Clinical Care Guideline: Attention-Deficit/Hyperactivity Disorder (ADHD)

An estimated 8.7 million adults in the US have ADHD. (1) While many individuals are diagnosed in childhood, ADHD symptoms can evolve over time with numerous factors impacting the age of diagnosis, including symptom severity, environmental support, and changes in task demands. Because of increased awareness of ADHD in the adult population, mental health therapists are likely to see more adults seeking treatment.  

This care guideline offers a brief summary of the evidence-based, best practices for the effective treatment of ADHD in adults. 

Diagnostic Considerations for ADHD in Adults

For the previous six months (or longer), has your client been experiencing a persistent pattern of inattention that may include:

  • Difficulty attending to details
  • Challenges staying focused
  • Frequently distracted when listening to others
  • Difficulty staying organized and finishing tasks
  • Forgetful
  • Avoidance of tasks that require sustained mental energy


For the previous six months (or longer), has your client been experiencing a persistent pattern of  Hyperactivity and impulsivity that may include:

  • Constant Fidgeting 
  • Feeling restless
  • Difficulty engaging in activities quietly
  • Hyperverbal
  • Frequent interrupting
  • Challenges with waiting 
  • Is always “on the go”

Have the above symptoms negatively impacted the client’s ability to function in important areas of life, such as in relationships, at work, at school, or complete activities of daily living (such as hygiene, keeping up with responsibilities, etc)?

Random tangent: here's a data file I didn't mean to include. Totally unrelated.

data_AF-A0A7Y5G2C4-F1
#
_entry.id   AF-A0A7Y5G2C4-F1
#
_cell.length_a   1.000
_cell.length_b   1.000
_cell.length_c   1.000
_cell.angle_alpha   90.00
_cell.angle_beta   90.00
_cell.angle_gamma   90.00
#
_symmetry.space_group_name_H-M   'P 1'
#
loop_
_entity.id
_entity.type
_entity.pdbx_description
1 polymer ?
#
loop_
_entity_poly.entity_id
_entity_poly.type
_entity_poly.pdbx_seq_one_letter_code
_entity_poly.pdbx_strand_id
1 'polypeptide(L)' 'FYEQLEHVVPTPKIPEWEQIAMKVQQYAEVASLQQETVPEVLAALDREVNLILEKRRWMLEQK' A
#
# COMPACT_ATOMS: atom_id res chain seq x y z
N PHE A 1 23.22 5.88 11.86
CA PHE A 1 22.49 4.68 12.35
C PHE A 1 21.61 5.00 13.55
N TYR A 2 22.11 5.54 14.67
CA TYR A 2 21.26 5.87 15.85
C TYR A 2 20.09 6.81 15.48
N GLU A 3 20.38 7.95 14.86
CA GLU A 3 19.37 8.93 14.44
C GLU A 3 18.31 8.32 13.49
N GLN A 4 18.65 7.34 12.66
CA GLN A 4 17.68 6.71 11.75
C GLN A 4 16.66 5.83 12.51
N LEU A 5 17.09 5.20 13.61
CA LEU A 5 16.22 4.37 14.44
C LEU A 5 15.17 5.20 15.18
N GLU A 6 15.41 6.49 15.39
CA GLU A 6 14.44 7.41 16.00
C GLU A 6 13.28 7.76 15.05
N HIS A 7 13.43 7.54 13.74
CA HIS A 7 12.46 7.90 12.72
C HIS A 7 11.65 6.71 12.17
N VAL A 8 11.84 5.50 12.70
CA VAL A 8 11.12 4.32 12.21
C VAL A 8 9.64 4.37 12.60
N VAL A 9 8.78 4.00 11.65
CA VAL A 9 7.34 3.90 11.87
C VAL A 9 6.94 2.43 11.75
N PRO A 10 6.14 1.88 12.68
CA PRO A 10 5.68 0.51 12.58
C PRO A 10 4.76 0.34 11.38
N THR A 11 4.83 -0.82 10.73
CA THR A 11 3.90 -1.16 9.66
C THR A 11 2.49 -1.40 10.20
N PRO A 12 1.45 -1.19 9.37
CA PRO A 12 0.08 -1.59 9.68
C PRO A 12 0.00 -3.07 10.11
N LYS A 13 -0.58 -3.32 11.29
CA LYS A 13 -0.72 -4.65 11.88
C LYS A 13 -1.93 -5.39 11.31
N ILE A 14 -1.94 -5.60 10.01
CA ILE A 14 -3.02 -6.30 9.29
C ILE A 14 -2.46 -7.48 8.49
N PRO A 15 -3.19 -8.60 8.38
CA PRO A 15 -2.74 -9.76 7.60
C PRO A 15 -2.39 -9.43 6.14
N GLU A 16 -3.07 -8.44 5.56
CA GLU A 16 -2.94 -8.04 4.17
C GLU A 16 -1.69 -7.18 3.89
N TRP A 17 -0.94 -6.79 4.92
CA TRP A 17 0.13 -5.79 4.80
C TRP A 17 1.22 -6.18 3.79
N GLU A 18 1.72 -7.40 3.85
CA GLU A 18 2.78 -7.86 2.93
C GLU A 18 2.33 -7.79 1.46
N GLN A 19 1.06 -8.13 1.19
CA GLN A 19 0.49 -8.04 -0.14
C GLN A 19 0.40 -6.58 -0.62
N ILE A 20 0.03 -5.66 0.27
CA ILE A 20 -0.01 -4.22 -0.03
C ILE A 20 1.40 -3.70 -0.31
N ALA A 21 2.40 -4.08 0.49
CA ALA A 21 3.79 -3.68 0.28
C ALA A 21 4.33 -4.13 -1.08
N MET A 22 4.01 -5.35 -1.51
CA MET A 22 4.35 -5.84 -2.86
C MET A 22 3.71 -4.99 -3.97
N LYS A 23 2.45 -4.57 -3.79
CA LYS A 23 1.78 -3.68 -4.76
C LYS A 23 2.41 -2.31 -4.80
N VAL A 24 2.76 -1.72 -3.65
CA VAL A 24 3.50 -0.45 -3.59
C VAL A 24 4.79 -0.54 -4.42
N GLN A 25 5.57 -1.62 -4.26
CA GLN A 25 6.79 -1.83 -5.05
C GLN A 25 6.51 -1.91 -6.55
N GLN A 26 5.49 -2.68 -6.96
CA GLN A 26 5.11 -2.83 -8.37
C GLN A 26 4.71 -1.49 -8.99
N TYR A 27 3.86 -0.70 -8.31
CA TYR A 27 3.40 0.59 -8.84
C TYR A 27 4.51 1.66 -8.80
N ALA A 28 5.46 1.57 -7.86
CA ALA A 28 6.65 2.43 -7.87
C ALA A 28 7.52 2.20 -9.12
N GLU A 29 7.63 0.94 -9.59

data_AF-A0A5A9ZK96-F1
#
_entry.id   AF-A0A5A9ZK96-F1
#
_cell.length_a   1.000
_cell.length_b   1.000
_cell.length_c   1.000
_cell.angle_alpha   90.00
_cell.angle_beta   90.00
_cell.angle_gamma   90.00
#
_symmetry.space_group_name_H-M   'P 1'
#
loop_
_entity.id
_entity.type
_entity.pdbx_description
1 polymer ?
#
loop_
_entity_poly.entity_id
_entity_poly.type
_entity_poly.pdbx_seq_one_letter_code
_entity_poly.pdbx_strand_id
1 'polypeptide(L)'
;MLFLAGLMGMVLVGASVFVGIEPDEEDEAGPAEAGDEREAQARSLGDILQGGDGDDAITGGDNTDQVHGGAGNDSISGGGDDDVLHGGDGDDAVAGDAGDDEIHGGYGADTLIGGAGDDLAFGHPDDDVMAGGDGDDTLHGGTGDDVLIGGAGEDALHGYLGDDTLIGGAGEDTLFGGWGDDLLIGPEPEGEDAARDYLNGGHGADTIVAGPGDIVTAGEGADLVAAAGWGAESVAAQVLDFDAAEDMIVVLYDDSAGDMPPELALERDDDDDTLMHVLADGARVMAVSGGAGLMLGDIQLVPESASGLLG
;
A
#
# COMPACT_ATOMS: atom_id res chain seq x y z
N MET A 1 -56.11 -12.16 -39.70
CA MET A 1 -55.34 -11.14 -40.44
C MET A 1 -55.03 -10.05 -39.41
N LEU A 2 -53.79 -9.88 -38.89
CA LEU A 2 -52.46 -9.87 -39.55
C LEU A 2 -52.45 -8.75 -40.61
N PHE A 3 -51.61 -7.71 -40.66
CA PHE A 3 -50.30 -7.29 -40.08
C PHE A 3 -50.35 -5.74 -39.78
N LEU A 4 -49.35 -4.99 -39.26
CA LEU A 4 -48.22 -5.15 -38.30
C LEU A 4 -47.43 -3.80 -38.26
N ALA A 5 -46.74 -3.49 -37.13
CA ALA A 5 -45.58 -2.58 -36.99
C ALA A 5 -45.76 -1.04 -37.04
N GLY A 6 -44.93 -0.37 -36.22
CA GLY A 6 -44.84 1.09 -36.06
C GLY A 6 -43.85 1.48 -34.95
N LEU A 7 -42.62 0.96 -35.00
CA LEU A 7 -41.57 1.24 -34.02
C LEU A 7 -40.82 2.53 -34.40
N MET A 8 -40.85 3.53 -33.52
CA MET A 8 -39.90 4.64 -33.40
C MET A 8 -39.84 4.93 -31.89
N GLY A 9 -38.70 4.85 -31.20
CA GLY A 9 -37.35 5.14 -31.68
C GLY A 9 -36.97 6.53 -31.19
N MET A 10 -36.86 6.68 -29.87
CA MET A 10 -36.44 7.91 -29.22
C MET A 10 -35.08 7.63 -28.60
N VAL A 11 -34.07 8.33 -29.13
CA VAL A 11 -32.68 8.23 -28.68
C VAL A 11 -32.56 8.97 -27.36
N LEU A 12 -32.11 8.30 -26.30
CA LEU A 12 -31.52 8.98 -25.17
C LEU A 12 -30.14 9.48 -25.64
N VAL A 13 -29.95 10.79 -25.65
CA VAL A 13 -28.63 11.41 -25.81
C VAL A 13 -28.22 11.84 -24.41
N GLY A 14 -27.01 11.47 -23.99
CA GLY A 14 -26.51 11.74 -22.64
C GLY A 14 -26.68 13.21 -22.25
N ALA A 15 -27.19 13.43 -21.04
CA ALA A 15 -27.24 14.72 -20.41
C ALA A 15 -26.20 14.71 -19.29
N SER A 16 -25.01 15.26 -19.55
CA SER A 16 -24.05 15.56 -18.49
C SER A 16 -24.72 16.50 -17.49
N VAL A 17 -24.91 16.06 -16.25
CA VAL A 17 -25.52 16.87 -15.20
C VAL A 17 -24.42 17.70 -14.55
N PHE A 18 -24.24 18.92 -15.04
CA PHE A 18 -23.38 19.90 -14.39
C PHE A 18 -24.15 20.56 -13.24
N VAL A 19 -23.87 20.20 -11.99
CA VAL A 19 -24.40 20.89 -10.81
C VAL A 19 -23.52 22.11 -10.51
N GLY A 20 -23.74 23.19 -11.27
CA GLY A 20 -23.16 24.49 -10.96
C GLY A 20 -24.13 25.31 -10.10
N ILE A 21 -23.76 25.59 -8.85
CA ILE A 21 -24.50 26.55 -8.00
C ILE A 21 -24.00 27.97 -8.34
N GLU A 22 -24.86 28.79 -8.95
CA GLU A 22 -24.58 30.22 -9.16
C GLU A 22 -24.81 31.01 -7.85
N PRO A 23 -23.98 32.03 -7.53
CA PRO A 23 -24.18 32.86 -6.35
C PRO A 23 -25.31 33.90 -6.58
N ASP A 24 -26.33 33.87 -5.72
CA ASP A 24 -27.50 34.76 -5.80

It’s important to note that the above symptoms and experiences may also be attributable to a number of alternative conditions, such as thyroid disease, mood disorders, or the direct physiologic effects of a substance. As a result, a clinical best practice is to engage in a differential diagnostic assessment prior to determining if ADHD is the clinically indicated diagnosis. 

For complete diagnostic criteria of Generalized Anxiety Disorder, consult the Diagnostic and Statistical Manual of Mental Disorders (5th ed., text rev.). American Psychiatric Association. (2022).

noun-lightbulb-1262995.png When documenting care, be sure to include the specific symptoms of ADHD the client is experiencing. This ensures your note aligns with the diagnosis and demonstrates the medical necessity for the service.

Symptom Screening and Monitoring

Use of measurement-informed care is a critical component of treating ADHD in adults, as it supports the establishment of a diagnosis, determination of treatment targets, and evaluation of treatment response. The Adult ADHD Self-Report Scale (ASRS-v1.1) Symptom Checklist (2) can be used to screen for ADHD in adult clients, as well as support symptom monitoring over the course of treatment. The checklist takes about 5 minutes to complete, and the eighteen questions in the ASRS-v1.1 are consistent with DSM-IV-TR criteria and address the manifestations of ADHD symptoms in adults.  You can learn more about strategies for incorporating Measurement Informed Care (MIC) into your practice here. 

Evidence-Based Approaches to Treatment